His last post was as Military Vice-Governor of the Region Ile-de-France (Paris). At this position, he realized that action was needed to tackle the issue of insecurity in the suburbs. He, who had rescued French citizens in the most remote corners of this planet, was determined to rescue them in corners where no policeman went anymore: the suburbs of the capital. This insight came in 2003, long before the first riots. At this time, de Richoufftz stood alone, ignored by major political decision makers, who were looking down at this career soldier, known for putting his nose into issues that allegedly were not his. But he had a vision and stuck to his plan, no matter what: he did not want to lose an entire generation condemned in suburban ghettos. Although civilians have traditionally been entrusted with this task, he felt that the ones in charge had no sustainable concept for these dangerous areas, mostly populated by what the French call “visible minorities”.
After conducting a thorough field analysis including fact-findings with schoolteachers, inhabitants, local authorities and small businesses, he established a risk evaluation. He came to the conclusion that an implosion was imminent. The ultimate issue was, in fact, a lack of vision on all sides. A non-integrated young generation, not sufficiently mastering the French language, was left to itself with no education. They were condemned to unemployment. This created an urban security vacuum where the rule of law ended and delinquency flourished. The man who had led a legendary parachute unit was certainly not going to let that happen any longer. His immediate measure was to launch in June 2004 an unusual 24 page long command and control initiative called “105 licenses for 2005”. De Richoufftz stresses that the military as such was neither at the core nor in charge of this project but merely a coordinator of private business, civil NGOs, and already existing community structures. The draft of his action plan can be consulted here: http://www.carrefoursemploi.org/permis.pdf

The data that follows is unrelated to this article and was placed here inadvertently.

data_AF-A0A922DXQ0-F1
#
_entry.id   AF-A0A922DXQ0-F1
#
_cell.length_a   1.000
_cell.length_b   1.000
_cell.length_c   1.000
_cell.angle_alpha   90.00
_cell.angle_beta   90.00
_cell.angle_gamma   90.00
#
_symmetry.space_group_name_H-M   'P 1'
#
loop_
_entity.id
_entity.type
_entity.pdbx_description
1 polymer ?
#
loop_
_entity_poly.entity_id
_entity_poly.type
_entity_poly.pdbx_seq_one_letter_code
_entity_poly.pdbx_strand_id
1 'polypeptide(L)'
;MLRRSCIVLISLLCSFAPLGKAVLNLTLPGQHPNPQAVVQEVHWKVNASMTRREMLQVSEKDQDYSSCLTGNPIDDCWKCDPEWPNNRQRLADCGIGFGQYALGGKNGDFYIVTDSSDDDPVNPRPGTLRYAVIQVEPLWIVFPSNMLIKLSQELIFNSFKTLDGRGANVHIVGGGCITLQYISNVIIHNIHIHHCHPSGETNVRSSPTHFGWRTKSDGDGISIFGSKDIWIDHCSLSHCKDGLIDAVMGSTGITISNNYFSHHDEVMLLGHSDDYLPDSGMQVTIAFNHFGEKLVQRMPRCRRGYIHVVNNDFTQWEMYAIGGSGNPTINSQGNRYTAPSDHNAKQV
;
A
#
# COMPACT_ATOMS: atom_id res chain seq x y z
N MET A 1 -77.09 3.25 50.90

Official authorities tried to dissuade him, stressing that some areas he had targeted in his plan were quasi black spots, in the hands of young gangs led by drug dealers. This might have convinced a graduate of the ENA, Ecole Nationale d’Administration, one of these officials serving in most of France’s ministries and who had been working on the topic for decades. But it took a bit more to intimidate someone who, both in Africa and in the Balkans, had been to hell and back. Without major political backing, he inquired with the Ministry of Defense whether his initiative could be conducted with the Réserve Citoyenne, and especially a body created in 2003 called RLJC, Réservistes Locaux à la Jeunesse et à la Citoyenneté, a civil-military reserve unit detached to youth and community service. He addressed every single potential sponsor, mostly private business, to get fundings. Not a friend of the providential welfare state, de Richoufftz wanted to bring as many young people off the street as possible by helping them enter the working world. The idea was to sponsor their mobility, which would enable them to get a job and finally make them leave the hot spots of the suburbs where they were an easy prey for criminals. A win-win situation for both parties involved. The deal: French lessons when required to be able to obtain a privately sponsored driver’s license. A job-contract went hand in hand with a community coaching for the applicant. Major companies like Sodexho, La Poste or GMF agreed to a long-term sponsorship. “One of these kids once told me ‘Mon Général, you are my last chance, so I follow you!’” he recalls, “I used to go to the suburbs in uniform, young people would gather around me and we would start to chat, I would tell them: ‘stand up, take your baseball cap off and introduce yourself’. And it worked very well; there were no problems at all. The police would get anxious and tell me: ‘Mon Général, you realize that you go places where we do not go anymore, right?’ So what? One more reason for me to go! I told them, and everything worked out well... I saw these kids, their families, I visited mayors and local authorities. I set up meetings and I told them: ‘Look, you are stranded here, going nowhere, step onboard my ship, we will sail together in the same direction, you will be my crew and I will be your Captain, and you will see, at the end, we will win! In nine months you will have a job and a driver’s license.’“